A table saw is used primarily for ripping long boards of wood with both speed and accuracy. It can cut through wood or it can cut grooves into materials. 

The size and thickness of the material you can cut depends on the size of the motor and the size of the table.

Portable benchtop saws are not ideal for cutting long or large planks because the table surface cannot support the material through the cut.

You can buy extension tables that fit table saws. These give you more room for larger material. 

Table saws can be used to square up boards and planks though the process is fiddly.


What Is a Jointer Used for

A jointer looks similar to a table saw in that it has something sharp in the middle of a table. The reality is actually quite different. 

For a start, a jointer consists of two tables and a cutter head or knife in between them. 

The two tables are called infeed and outfeed tables. The infeed is the side you start from and the outfeed is where your wood ends up. 

The tables can be raised or lowered independently of each other and the cutter head but they remain on the same plane as each other. This means that they are perfectly flat, or at least they are when they’re properly aligned.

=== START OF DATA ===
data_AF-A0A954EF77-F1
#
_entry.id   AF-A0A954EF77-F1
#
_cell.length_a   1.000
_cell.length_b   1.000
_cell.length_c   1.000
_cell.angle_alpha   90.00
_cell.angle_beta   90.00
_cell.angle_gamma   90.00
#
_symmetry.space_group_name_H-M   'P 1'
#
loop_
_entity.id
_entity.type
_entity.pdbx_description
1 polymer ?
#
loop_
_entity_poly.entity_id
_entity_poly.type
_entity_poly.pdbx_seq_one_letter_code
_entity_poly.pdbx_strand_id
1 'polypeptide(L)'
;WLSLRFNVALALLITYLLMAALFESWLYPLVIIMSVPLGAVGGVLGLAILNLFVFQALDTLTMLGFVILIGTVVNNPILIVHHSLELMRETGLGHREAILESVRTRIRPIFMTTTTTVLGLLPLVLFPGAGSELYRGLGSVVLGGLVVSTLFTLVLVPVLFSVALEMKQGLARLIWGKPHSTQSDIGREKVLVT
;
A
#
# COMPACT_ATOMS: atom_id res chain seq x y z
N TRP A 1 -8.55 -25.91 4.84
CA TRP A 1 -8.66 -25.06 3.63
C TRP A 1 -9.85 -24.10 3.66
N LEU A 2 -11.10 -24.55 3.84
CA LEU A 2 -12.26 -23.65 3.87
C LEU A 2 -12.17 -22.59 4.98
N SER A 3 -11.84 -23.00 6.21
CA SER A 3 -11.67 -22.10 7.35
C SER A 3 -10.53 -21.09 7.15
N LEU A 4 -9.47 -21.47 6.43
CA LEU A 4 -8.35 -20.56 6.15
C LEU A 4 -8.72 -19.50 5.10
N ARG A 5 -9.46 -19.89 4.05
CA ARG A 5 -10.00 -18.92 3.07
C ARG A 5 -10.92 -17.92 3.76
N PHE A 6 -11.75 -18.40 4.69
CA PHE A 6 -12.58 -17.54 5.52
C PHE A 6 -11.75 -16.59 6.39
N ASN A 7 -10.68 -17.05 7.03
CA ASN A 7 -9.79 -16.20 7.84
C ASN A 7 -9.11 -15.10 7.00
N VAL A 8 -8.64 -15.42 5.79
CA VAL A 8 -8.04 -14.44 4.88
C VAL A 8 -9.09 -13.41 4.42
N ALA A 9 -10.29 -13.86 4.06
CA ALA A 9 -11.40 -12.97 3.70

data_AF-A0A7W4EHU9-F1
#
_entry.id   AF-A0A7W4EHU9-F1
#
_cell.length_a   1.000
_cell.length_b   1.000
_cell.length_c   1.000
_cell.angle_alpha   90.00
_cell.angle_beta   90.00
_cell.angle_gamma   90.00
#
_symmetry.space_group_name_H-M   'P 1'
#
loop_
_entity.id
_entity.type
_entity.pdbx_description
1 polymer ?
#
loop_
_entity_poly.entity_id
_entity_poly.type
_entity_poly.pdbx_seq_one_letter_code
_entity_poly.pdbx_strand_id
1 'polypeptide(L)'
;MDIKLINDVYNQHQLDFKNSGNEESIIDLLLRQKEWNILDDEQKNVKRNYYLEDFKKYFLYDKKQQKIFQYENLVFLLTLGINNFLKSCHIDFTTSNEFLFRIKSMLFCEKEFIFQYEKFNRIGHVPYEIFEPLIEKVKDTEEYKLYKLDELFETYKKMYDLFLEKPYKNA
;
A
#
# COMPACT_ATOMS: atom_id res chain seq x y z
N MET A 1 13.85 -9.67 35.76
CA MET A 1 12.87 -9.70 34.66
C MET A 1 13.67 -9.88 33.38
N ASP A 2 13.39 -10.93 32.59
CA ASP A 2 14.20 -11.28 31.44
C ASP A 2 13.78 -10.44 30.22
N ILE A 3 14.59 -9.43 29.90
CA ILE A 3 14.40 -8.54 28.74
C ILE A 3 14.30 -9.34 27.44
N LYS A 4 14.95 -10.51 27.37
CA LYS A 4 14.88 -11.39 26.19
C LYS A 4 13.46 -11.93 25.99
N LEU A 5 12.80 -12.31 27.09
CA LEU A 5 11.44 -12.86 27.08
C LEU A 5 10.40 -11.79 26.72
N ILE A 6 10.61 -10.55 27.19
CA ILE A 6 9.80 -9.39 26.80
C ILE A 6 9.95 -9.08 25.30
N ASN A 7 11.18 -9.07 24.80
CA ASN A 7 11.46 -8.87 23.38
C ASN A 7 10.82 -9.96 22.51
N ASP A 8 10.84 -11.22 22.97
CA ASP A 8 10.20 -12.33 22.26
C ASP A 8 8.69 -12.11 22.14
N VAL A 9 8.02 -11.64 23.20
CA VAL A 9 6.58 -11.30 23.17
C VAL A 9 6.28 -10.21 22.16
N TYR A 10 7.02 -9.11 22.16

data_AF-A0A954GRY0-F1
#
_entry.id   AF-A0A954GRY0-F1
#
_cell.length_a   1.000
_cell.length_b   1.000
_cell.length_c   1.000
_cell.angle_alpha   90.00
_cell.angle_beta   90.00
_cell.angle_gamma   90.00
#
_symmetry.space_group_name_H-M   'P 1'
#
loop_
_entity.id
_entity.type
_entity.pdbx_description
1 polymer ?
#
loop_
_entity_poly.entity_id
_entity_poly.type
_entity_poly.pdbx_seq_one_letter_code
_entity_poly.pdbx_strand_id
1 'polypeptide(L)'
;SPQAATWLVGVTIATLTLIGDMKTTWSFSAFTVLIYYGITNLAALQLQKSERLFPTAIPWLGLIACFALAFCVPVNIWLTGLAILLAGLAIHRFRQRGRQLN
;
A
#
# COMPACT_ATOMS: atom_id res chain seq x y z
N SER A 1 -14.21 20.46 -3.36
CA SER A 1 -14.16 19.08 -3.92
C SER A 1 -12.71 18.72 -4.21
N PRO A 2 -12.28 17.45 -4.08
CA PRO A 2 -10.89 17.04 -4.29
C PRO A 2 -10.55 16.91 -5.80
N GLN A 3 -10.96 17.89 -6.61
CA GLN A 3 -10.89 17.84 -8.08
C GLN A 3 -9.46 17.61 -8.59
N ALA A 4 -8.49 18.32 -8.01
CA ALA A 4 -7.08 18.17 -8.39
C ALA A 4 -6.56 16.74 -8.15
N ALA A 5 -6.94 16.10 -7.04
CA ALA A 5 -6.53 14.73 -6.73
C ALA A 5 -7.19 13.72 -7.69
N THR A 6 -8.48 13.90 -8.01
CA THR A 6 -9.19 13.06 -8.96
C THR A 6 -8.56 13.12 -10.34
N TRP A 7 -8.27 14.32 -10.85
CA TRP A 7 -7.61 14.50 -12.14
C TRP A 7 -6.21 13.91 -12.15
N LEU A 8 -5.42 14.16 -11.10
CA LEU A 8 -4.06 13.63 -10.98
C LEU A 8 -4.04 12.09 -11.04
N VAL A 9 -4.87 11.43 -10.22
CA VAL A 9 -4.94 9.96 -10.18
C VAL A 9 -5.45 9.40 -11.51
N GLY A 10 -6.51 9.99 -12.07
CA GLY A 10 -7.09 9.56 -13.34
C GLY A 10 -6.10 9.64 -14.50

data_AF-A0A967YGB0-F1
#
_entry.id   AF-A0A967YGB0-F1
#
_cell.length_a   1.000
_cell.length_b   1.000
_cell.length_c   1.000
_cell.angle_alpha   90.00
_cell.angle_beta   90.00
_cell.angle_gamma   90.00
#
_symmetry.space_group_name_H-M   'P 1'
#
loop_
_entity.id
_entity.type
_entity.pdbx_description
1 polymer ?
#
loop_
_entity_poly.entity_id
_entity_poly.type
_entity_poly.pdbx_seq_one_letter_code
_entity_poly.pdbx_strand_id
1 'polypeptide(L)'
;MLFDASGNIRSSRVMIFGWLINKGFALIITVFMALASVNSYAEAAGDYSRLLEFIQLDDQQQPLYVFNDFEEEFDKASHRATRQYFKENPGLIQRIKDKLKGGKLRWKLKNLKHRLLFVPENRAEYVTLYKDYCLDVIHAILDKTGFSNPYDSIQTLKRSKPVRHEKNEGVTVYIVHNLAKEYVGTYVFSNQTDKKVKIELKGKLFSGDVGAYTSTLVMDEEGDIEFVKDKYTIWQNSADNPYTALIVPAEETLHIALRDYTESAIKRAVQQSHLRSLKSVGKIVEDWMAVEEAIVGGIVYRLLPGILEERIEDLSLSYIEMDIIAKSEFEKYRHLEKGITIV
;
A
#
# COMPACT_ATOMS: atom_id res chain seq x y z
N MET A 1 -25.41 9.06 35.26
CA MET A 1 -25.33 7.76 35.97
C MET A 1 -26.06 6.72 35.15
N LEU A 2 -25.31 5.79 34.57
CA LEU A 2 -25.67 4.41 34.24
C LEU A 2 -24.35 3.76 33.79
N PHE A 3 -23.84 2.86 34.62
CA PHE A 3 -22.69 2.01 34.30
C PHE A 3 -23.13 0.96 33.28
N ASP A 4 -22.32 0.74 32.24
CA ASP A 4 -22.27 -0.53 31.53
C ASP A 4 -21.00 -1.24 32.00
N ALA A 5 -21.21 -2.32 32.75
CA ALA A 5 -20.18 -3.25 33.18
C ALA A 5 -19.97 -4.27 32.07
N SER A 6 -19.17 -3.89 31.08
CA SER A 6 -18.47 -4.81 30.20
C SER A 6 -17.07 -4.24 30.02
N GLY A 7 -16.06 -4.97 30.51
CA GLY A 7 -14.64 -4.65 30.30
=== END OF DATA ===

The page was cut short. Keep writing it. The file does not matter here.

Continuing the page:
Jointer knives act a little bit like a razor. They are straight blades attached to a head that spins incredibly fast. The wood passes over them and they shave off extending or protruding wood. These need to be sharpened regularly in order to work well. 

Jointer may have a cutting head instead of a jointer knife. These tend to be spiral or helix in shape and are essentially tubes of steel covered in small cutters. The head rotates as the wood passes through the jointer cutting into the material. 

A jointer’s job is to straighten out wood. If your wood has a bow, cup, or twist to it, a jointer will sort it out. 

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  • Made from highly durable cast-iron material with a precision-ground cast-iron table for extended support when working with longer lengths of lumber.

Types of Jointers

There are fewer types of woodworking jointers than there are table saws.

Mostly you have a choice between open and closed or multifunction jointers. 

  • Closed stand jointers- These are essentially cabinet jointers. The engine and moving parts are enclosed in a cabinet making them heavier, quieter, and more accurate. These are the kind of jointers you’ll see in professional shops.